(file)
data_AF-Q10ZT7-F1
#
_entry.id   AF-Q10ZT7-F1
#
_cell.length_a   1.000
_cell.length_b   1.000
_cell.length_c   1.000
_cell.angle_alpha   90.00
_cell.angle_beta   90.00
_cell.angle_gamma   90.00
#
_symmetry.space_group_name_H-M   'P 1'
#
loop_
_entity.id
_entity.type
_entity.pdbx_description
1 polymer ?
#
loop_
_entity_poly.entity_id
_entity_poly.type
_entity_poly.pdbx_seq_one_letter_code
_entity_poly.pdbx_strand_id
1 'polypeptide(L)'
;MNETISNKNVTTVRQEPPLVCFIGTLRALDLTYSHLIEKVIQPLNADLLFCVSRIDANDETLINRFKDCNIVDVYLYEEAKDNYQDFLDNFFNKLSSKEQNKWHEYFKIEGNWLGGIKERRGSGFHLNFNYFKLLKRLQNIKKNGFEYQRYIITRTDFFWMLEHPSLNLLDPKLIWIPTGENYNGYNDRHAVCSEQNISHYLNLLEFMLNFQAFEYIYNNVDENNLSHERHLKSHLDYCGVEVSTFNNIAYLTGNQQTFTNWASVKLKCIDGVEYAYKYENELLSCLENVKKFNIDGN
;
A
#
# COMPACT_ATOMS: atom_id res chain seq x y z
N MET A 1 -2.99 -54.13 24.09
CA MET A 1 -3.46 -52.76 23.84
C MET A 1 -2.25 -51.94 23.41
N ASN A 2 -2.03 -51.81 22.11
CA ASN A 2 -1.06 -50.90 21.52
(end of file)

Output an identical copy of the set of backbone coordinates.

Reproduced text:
data_AF-Q10ZT7-F1
#
_entry.id   AF-Q10ZT7-F1
#
_cell.length_a   1.000
_cell.length_b   1.000
_cell.length_c   1.000
_cell.angle_alpha   90.00
_cell.angle_beta   90.00
_cell.angle_gamma   90.00
#
_symmetry.space_group_name_H-M   'P 1'
#
loop_
_entity.id
_entity.type
_entity.pdbx_description
1 polymer ?
#
loop_
_entity_poly.entity_id
_entity_poly.type
_entity_poly.pdbx_seq_one_letter_code
_entity_poly.pdbx_strand_id
1 'polypeptide(L)'
;MNETISNKNVTTVRQEPPLVCFIGTLRALDLTYSHLIEKVIQPLNADLLFCVSRIDANDETLINRFKDCNIVDVYLYEEAKDNYQDFLDNFFNKLSSKEQNKWHEYFKIEGNWLGGIKERRGSGFHLNFNYFKLLKRLQNIKKNGFEYQRYIITRTDFFWMLEHPSLNLLDPKLIWIPTGENYNGYNDRHAVCSEQNISHYLNLLEFMLNFQAFEYIYNNVDENNLSHERHLKSHLDYCGVEVSTFNNIAYLTGNQQTFTNWASVKLKCIDGVEYAYKYENELLSCLENVKKFNIDGN
;
A
#
# COMPACT_ATOMS: atom_id res chain seq x y z
N MET A 1 -2.99 -54.13 24.09
CA MET A 1 -3.46 -52.76 23.84
C MET A 1 -2.25 -51.94 23.41
N ASN A 2 -2.03 -51.81 22.11
CA ASN A 2 -1.06 -50.90 21.52